Back to the higher-level question, though - who cares? Where is the money, where might it go and what new things might become possible? The cynical view might be that this is ultimately just a big wealth transfer from Apple to a pretty small number of big companies - mostly, games companies.

Apple collected perhaps $15bn in App Store commissions last year (and, incidentally, close to $10bn from Google for making the default search provider in Safari). 90% of that was games, so depending on where all the moving parts settle, that’s $10bn or more that would be transferred to EA, Epic and Tencent - quite a lot of which might go straight out of the door to app install ads, including to Apple. (The really cynical view would be that this is why Apple turned off IDFA.)

$10-15B is real money, even for Apple, but it’s much more interesting to ask what else might change. There’s a small number of businesses where Apple’s payment rules were prohibitive, in Steve’s words, or at least made things very difficult - most obviously, ebooks and music. What other businesses do use Apple’s payment but would be fundamentally different if they had that extra margin? And what never happened at all? What products could not be built because of the ways that Apple’s sandbox works, that now might change? How significant are the changes in payment models I suggested above?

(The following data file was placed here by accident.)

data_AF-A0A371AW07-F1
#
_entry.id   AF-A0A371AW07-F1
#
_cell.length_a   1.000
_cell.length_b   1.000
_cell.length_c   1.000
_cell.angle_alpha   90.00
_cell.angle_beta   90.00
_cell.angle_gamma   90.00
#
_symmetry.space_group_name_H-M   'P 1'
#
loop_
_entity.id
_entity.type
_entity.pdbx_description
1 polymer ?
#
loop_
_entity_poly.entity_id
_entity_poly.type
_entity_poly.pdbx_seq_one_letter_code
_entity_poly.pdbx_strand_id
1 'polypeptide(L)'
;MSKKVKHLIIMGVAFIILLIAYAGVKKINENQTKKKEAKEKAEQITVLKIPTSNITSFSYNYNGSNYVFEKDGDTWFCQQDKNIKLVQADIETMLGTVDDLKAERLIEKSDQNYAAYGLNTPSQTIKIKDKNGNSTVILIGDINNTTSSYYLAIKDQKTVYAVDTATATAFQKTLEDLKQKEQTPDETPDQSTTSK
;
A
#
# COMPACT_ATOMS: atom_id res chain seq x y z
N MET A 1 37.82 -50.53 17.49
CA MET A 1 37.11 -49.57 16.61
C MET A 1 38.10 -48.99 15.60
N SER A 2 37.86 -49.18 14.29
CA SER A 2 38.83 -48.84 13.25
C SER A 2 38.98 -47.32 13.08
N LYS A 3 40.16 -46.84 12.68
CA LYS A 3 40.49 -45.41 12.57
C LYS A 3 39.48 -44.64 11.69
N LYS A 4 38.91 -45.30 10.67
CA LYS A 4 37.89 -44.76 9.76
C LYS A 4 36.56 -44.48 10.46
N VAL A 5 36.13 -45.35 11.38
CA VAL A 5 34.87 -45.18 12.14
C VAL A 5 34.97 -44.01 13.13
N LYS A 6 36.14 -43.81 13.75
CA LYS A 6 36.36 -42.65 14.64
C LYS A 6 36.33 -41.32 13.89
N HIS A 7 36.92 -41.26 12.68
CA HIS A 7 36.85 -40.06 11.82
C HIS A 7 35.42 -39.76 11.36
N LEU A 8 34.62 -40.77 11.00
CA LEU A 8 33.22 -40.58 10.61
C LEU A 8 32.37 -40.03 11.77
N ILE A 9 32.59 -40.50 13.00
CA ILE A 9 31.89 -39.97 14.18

One could say that this is the classic unanswerable counter-factual - we don’t know what doesn’t exist. But a partial answer is to look at Google’s Android, which has always been run with much looser controls. Name ten really big, important, widely used Android apps that don’t exist on iOS. The obvious one is Chrome (there is an iOS Chrome app but it has to use Apple’ webkit rendering engine), but what else? No, not something that you use, but something with hundreds of millions of users - that’s what scale means in consumer tech today.

Of course, we can’t actually know any of this yet. But it’s possible to believe that the sandboxed App Store model has been a hugely good thing, and also that Apple has too often made the wrong decisions in running it, and also that unwinding those decisions while preserving the underlying model won’t actually change much for many companies or consumers, and won’t really be a significant structural change in how tech works. Either way, after a decade of arguing, the EU is now going to run the experiment.

Benedict Evans is a Venture Partner at Mosaic Ventures and previously a partner at a16z. You can read more from Benedict here, or subscribe to his newsletter.